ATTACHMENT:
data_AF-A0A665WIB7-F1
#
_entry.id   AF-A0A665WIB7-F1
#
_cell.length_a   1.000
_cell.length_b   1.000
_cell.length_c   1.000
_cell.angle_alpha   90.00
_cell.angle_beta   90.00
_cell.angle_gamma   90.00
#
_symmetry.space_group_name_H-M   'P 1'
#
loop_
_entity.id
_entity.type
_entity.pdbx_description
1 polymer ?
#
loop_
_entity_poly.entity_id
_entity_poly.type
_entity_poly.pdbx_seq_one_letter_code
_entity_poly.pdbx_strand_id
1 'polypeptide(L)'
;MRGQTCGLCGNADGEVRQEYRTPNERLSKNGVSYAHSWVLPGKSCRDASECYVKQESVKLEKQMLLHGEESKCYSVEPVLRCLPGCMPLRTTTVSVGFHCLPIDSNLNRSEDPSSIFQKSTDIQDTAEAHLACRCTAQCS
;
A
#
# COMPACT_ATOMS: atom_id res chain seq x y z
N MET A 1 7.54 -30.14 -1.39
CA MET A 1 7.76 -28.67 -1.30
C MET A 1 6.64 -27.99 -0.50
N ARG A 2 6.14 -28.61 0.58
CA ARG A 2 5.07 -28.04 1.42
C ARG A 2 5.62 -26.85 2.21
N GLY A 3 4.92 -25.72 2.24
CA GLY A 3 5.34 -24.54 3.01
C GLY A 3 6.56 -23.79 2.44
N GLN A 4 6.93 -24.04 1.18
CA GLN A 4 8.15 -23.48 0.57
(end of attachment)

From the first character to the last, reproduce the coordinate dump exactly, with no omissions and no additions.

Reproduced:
data_AF-A0A665WIB7-F1
#
_entry.id   AF-A0A665WIB7-F1
#
_cell.length_a   1.000
_cell.length_b   1.000
_cell.length_c   1.000
_cell.angle_alpha   90.00
_cell.angle_beta   90.00
_cell.angle_gamma   90.00
#
_symmetry.space_group_name_H-M   'P 1'
#
loop_
_entity.id
_entity.type
_entity.pdbx_description
1 polymer ?
#
loop_
_entity_poly.entity_id
_entity_poly.type
_entity_poly.pdbx_seq_one_letter_code
_entity_poly.pdbx_strand_id
1 'polypeptide(L)'
;MRGQTCGLCGNADGEVRQEYRTPNERLSKNGVSYAHSWVLPGKSCRDASECYVKQESVKLEKQMLLHGEESKCYSVEPVLRCLPGCMPLRTTTVSVGFHCLPIDSNLNRSEDPSSIFQKSTDIQDTAEAHLACRCTAQCS
;
A
#
# COMPACT_ATOMS: atom_id res chain seq x y z
N MET A 1 7.54 -30.14 -1.39
CA MET A 1 7.76 -28.67 -1.30
C MET A 1 6.64 -27.99 -0.50
N ARG A 2 6.14 -28.61 0.58
CA ARG A 2 5.07 -28.04 1.42
C ARG A 2 5.62 -26.85 2.21
N GLY A 3 4.92 -25.72 2.24
CA GLY A 3 5.34 -24.54 3.01
C GLY A 3 6.56 -23.79 2.44
N GLN A 4 6.93 -24.04 1.18
CA GLN A 4 8.15 -23.48 0.57